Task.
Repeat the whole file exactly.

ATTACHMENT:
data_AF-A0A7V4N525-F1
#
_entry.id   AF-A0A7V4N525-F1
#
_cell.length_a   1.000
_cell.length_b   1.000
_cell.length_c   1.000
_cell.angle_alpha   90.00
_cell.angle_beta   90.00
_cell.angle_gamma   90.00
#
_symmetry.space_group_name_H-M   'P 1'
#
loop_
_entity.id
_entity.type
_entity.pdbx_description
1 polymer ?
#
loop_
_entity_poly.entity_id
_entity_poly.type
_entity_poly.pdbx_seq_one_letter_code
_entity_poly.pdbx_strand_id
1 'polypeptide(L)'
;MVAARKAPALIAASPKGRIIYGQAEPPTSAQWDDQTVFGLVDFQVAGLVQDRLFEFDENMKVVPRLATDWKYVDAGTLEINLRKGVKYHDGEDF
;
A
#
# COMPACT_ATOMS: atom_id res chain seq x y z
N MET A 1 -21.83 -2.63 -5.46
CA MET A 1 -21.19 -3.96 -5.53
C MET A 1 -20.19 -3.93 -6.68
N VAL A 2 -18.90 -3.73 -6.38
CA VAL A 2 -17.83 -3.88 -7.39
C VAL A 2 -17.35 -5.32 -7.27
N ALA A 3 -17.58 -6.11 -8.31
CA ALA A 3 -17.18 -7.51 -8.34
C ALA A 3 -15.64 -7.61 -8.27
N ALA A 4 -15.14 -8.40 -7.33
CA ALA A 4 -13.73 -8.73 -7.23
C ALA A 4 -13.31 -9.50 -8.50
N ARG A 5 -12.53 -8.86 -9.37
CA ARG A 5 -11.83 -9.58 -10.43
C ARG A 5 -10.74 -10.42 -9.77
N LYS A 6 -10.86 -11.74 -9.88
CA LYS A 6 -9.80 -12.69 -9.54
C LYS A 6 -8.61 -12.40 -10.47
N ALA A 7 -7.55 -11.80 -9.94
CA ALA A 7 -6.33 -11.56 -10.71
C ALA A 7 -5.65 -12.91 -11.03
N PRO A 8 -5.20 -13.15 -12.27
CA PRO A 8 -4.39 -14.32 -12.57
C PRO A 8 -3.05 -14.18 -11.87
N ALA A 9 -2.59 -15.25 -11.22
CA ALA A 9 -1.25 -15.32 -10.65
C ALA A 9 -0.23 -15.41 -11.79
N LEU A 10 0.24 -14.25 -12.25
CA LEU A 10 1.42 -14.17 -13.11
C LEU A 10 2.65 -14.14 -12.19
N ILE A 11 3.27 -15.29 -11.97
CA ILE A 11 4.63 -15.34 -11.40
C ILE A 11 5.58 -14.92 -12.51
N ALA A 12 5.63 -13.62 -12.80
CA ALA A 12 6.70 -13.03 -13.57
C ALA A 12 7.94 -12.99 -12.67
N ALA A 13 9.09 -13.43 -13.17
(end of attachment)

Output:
data_AF-A0A7V4N525-F1
#
_entry.id   AF-A0A7V4N525-F1
#
_cell.length_a   1.000
_cell.length_b   1.000
_cell.length_c   1.000
_cell.angle_alpha   90.00
_cell.angle_beta   90.00
_cell.angle_gamma   90.00
#
_symmetry.space_group_name_H-M   'P 1'
#
loop_
_entity.id
_entity.type
_entity.pdbx_description
1 polymer ?
#
loop_
_entity_poly.entity_id
_entity_poly.type
_entity_poly.pdbx_seq_one_letter_code
_entity_poly.pdbx_strand_id
1 'polypeptide(L)'
;MVAARKAPALIAASPKGRIIYGQAEPPTSAQWDDQTVFGLVDFQVAGLVQDRLFEFDENMKVVPRLATDWKYVDAGTLEINLRKGVKYHDGEDF
;
A
#
# COMPACT_ATOMS: atom_id res chain seq x y z
N MET A 1 -21.83 -2.63 -5.46
CA MET A 1 -21.19 -3.96 -5.53
C MET A 1 -20.19 -3.93 -6.68
N VAL A 2 -18.90 -3.73 -6.38
CA VAL A 2 -17.83 -3.88 -7.39
C VAL A 2 -17.35 -5.32 -7.27
N ALA A 3 -17.58 -6.11 -8.31
CA ALA A 3 -17.18 -7.51 -8.34
C ALA A 3 -15.64 -7.61 -8.27
N ALA A 4 -15.14 -8.40 -7.33
CA ALA A 4 -13.73 -8.73 -7.23
C ALA A 4 -13.31 -9.50 -8.50
N ARG A 5 -12.53 -8.86 -9.37
CA ARG A 5 -11.83 -9.58 -10.43
C ARG A 5 -10.74 -10.42 -9.77
N LYS A 6 -10.86 -11.74 -9.88
CA LYS A 6 -9.80 -12.69 -9.54
C LYS A 6 -8.61 -12.40 -10.47
N ALA A 7 -7.55 -11.80 -9.94
CA ALA A 7 -6.33 -11.56 -10.71
C ALA A 7 -5.65 -12.91 -11.03
N PRO A 8 -5.20 -13.15 -12.27
CA PRO A 8 -4.39 -14.32 -12.57
C PRO A 8 -3.05 -14.18 -11.87
N ALA A 9 -2.59 -15.25 -11.22
CA ALA A 9 -1.25 -15.32 -10.65
C ALA A 9 -0.23 -15.41 -11.79
N LEU A 10 0.24 -14.25 -12.25
CA LEU A 10 1.42 -14.17 -13.11
C LEU A 10 2.65 -14.14 -12.19
N ILE A 11 3.27 -15.29 -11.97
CA ILE A 11 4.63 -15.34 -11.40
C ILE A 11 5.58 -14.92 -12.51
N ALA A 12 5.63 -13.62 -12.80
CA ALA A 12 6.70 -13.03 -13.57
C ALA A 12 7.94 -12.99 -12.67
N ALA A 13 9.09 -13.43 -13.17